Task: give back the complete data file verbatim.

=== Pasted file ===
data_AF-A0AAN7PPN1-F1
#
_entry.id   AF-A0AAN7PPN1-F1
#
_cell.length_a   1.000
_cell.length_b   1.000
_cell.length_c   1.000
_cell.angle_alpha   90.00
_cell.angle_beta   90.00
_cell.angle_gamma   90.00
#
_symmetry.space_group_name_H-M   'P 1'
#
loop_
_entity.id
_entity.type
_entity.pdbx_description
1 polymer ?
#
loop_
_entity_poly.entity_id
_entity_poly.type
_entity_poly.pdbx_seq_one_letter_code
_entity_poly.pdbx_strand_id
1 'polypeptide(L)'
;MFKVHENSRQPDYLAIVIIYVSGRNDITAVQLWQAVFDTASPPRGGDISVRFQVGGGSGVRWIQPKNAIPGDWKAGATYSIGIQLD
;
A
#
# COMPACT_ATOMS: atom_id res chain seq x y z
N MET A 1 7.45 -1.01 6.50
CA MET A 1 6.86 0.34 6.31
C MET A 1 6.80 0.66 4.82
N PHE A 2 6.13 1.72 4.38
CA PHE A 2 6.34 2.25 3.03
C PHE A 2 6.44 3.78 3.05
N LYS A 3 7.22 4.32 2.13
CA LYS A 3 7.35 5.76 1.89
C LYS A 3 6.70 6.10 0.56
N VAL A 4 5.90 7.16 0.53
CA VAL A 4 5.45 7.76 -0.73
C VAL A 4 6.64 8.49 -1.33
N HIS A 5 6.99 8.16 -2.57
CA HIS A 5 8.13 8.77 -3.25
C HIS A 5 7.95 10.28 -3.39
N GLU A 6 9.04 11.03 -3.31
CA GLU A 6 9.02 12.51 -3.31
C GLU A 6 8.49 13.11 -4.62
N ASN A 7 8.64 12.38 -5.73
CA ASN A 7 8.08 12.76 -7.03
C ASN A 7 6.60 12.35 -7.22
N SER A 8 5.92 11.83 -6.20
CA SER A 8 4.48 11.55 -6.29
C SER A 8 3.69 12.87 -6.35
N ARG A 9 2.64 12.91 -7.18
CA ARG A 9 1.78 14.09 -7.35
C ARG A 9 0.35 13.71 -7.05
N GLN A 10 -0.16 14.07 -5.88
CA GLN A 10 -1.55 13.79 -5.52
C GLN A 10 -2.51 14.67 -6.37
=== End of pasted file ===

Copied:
data_AF-A0AAN7PPN1-F1
#
_entry.id   AF-A0AAN7PPN1-F1
#
_cell.length_a   1.000
_cell.length_b   1.000
_cell.length_c   1.000
_cell.angle_alpha   90.00
_cell.angle_beta   90.00
_cell.angle_gamma   90.00
#
_symmetry.space_group_name_H-M   'P 1'
#
loop_
_entity.id
_entity.type
_entity.pdbx_description
1 polymer ?
#
loop_
_entity_poly.entity_id
_entity_poly.type
_entity_poly.pdbx_seq_one_letter_code
_entity_poly.pdbx_strand_id
1 'polypeptide(L)'
;MFKVHENSRQPDYLAIVIIYVSGRNDITAVQLWQAVFDTASPPRGGDISVRFQVGGGSGVRWIQPKNAIPGDWKAGATYSIGIQLD
;
A
#
# COMPACT_ATOMS: atom_id res chain seq x y z
N MET A 1 7.45 -1.01 6.50
CA MET A 1 6.86 0.34 6.31
C MET A 1 6.80 0.66 4.82
N PHE A 2 6.13 1.72 4.38
CA PHE A 2 6.34 2.25 3.03
C PHE A 2 6.44 3.78 3.05
N LYS A 3 7.22 4.32 2.13
CA LYS A 3 7.35 5.76 1.89
C LYS A 3 6.70 6.10 0.56
N VAL A 4 5.90 7.16 0.53
CA VAL A 4 5.45 7.76 -0.73
C VAL A 4 6.64 8.49 -1.33
N HIS A 5 6.99 8.16 -2.57
CA HIS A 5 8.13 8.77 -3.25
C HIS A 5 7.95 10.28 -3.39
N GLU A 6 9.04 11.03 -3.31
CA GLU A 6 9.02 12.51 -3.31
C GLU A 6 8.49 13.11 -4.62
N ASN A 7 8.64 12.38 -5.73
CA ASN A 7 8.08 12.76 -7.03
C ASN A 7 6.60 12.35 -7.22
N SER A 8 5.92 11.83 -6.20
CA SER A 8 4.48 11.55 -6.29
C SER A 8 3.69 12.87 -6.35
N ARG A 9 2.64 12.91 -7.18
CA ARG A 9 1.78 14.09 -7.35
C ARG A 9 0.35 13.71 -7.05
N GLN A 10 -0.16 14.07 -5.88
CA GLN A 10 -1.55 13.79 -5.52
C GLN A 10 -2.51 14.67 -6.37